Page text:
How has the shakeout of the private label business played out, and do you see the shakeout continuing?

“We’re not seeing brands disappear. You may still see some consolidation. The different private label owners have taken different market strategies, and each one of us has decided what our niche is going to be.”

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Is Hercules considering a retail strategy as some other private branders have taken?

“No. We won’t wholesale to one set of dealers, and then open stores in their markets. Our strategy is not to be our customers’ competitor. Our strategy is service to the independent dealer, sink or swim. We will never put a Hercules tire store or one of our TDWs (Tire Dealer’s Warehouse) in a dealer market. When the independent tire dealer doesn’t make it in a market, it takes us down. We don’t have another alternative, so we’re going to do everything we can to make the dealer successful. That’s not to say we won’t expand our TDWs. If there is a market where we can’t find an organization to support us, we will go into that market with a TDW, like we did in Los Angeles, San Francisco and Texas. We made numerous attempts with dealers in those markets before we opened a TDW. Our first choice is always to find that strong independent dealer who will represent us in a market, and then give them exclusivity and all the support we can.”

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Looking at today and down the road, what do you see as the biggest challenges facing Hercules?

“Our biggest challenge is the financial success of the independent tire dealer. Our whole success depends on the success of our dealers. If we invest heavily in that individual in a market and he goes south, we go south too. We want to help keep our customers independent, and support them with products and pricing in such a manner that they support us. Just because they’re Hercules dealers doesn’t mean they have a sign on the front door that says other suppliers should stay out. It’s just the opposite. In fact, a Hercules dealer is a target because the Hercules dealers are some of the most successful in our industry. The competition is in there every day. The dealer’s first responsibility is the success of his business; and if we can’t help him be successful, then he shouldn’t do business with us. We have to earn the next load. We understand the Hercules brand equity, but the most important brand equity is the dealer in his market.”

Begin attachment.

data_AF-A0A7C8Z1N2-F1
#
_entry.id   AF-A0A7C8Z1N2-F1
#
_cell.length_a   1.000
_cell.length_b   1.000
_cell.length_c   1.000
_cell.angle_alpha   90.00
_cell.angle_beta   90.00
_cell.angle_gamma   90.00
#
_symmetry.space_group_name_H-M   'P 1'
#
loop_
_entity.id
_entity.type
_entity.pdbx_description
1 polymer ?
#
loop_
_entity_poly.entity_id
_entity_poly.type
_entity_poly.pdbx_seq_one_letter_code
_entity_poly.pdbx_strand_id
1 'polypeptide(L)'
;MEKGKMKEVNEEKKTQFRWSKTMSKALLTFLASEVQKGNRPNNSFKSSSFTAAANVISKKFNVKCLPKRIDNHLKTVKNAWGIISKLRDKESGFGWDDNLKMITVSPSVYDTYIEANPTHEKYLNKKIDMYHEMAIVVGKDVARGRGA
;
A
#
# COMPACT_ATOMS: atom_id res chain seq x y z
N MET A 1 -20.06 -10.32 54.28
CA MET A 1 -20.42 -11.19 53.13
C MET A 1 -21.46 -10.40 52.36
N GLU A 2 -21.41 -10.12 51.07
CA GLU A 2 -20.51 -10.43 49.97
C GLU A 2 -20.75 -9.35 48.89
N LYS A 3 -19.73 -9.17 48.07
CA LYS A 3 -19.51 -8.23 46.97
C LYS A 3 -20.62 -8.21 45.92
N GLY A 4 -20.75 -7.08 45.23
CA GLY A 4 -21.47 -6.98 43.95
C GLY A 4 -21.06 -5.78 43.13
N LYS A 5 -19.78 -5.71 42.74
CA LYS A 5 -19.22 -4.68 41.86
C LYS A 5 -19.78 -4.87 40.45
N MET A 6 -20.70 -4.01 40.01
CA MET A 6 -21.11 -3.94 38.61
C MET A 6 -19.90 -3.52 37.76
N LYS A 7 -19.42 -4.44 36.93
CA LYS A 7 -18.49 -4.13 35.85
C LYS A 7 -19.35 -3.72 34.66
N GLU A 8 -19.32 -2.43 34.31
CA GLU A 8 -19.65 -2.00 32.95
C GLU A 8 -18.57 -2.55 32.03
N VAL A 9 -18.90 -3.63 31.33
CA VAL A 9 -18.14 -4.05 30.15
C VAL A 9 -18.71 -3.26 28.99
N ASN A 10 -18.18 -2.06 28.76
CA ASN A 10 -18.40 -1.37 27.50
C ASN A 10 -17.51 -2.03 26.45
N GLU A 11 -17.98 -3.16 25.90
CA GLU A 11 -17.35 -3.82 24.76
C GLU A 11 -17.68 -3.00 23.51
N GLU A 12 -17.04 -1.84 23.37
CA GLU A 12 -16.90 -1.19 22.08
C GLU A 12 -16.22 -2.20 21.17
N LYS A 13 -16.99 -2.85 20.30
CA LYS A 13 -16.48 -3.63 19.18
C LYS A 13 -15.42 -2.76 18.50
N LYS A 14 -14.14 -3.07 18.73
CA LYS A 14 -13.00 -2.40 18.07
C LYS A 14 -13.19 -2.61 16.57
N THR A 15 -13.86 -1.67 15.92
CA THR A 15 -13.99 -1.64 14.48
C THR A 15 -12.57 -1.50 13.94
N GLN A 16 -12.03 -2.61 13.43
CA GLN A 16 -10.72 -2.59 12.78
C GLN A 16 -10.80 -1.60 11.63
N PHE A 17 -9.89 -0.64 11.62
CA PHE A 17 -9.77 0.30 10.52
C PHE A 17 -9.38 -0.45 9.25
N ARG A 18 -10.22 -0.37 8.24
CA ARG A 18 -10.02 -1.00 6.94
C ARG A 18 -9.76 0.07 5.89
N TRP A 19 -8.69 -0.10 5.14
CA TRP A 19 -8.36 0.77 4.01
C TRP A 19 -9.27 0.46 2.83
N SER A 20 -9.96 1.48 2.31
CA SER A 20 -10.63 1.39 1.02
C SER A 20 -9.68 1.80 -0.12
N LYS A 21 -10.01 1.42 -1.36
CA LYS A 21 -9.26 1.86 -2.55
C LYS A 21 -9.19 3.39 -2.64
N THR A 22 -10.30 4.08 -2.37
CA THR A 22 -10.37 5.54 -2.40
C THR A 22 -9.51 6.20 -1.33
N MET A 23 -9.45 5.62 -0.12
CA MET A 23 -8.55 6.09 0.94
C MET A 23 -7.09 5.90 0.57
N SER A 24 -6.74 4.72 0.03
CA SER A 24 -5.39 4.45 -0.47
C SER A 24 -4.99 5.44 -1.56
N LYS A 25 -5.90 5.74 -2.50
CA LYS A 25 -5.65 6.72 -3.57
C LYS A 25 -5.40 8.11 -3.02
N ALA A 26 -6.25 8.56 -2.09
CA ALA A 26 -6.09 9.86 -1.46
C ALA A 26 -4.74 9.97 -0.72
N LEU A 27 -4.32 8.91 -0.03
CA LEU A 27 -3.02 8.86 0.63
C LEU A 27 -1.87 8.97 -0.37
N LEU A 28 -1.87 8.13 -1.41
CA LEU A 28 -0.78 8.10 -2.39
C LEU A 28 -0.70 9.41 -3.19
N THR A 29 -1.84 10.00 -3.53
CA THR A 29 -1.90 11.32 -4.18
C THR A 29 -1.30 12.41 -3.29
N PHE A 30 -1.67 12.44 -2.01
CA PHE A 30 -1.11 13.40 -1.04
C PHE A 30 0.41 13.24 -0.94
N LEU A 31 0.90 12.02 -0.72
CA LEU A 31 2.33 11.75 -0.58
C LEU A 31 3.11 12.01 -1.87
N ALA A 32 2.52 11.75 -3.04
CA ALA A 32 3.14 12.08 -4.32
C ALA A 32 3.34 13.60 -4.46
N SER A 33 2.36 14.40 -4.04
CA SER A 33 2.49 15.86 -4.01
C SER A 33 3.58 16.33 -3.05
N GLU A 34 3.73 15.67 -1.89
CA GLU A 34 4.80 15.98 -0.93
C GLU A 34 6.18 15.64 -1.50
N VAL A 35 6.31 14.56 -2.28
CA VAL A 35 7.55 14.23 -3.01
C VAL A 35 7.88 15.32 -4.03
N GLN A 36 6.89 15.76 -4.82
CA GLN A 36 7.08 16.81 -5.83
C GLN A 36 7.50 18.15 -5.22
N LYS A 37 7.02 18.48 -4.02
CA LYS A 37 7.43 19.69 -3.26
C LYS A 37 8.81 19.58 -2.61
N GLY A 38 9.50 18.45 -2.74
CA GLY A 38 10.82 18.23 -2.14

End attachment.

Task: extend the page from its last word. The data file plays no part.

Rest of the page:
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Is Hercules looking at formulating a marketing group?

“No. It’s hard to support those systems. The groups out there today are product-driven, and you have to charge it in the tire price. Some of our largest customers have their own programs in their markets. It’s hard to build a program and put it into a dealer organization. It’s easier to create a program and get dealers to support it. Since we’re already down the road with market coverage with current dealers, we’d have a hard time designing a program that everyone could buy into. We have already defined who we are, and I don’t think there’s much of an opportunity. We’re not looking to have controlled retail distribution. We’re looking to supply the product to dealers, and let them take it to market in ways they design.”

Pinpoint what you see as Hercules single most important strength?

“I think it’s the product offering and our ability to supply. We try to maintain one of the top offerings in the industry, supply our dealers with a good mix of products on a very timely basis, maintain a high fill rate and offer some of the best pricing possible. Is it the cheapest price? Probably not on this size or that size. But when you take the overall Hercules program from top to bottom – and we have a number of large dealers in it – our overall program is the best out there. Sure, someone will beat us on a certain size; but, on an overall basis, our product offering, our value, our pricing, our service levels to the independent tire dealer, offer the best long-term program. Fifty-two years later, we’re still here. We’re still increasing marketshare, and our business will continue to grow as long as we meet the independent dealers’ needs.”